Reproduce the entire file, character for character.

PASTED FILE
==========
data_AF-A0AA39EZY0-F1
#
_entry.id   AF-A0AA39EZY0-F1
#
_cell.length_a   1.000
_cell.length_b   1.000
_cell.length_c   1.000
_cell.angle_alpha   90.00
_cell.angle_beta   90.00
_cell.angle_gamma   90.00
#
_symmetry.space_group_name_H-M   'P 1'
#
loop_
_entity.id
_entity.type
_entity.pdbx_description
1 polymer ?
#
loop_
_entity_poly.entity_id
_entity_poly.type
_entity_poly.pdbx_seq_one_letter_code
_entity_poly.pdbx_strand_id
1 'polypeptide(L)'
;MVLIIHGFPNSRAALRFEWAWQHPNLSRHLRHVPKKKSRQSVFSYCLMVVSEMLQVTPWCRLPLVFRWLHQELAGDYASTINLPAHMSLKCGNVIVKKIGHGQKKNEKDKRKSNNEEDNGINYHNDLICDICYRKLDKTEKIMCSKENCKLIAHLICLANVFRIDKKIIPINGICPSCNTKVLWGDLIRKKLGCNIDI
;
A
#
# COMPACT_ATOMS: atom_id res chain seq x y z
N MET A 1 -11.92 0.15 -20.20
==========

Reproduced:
data_AF-A0AA39EZY0-F1
#
_entry.id   AF-A0AA39EZY0-F1
#
_cell.length_a   1.000
_cell.length_b   1.000
_cell.length_c   1.000
_cell.angle_alpha   90.00
_cell.angle_beta   90.00
_cell.angle_gamma   90.00
#
_symmetry.space_group_name_H-M   'P 1'
#
loop_
_entity.id
_entity.type
_entity.pdbx_description
1 polymer ?
#
loop_
_entity_poly.entity_id
_entity_poly.type
_entity_poly.pdbx_seq_one_letter_code
_entity_poly.pdbx_strand_id
1 'polypeptide(L)'
;MVLIIHGFPNSRAALRFEWAWQHPNLSRHLRHVPKKKSRQSVFSYCLMVVSEMLQVTPWCRLPLVFRWLHQELAGDYASTINLPAHMSLKCGNVIVKKIGHGQKKNEKDKRKSNNEEDNGINYHNDLICDICYRKLDKTEKIMCSKENCKLIAHLICLANVFRIDKKIIPINGICPSCNTKVLWGDLIRKKLGCNIDI
;
A
#
# COMPACT_ATOMS: atom_id res chain seq x y z
N MET A 1 -11.92 0.15 -20.20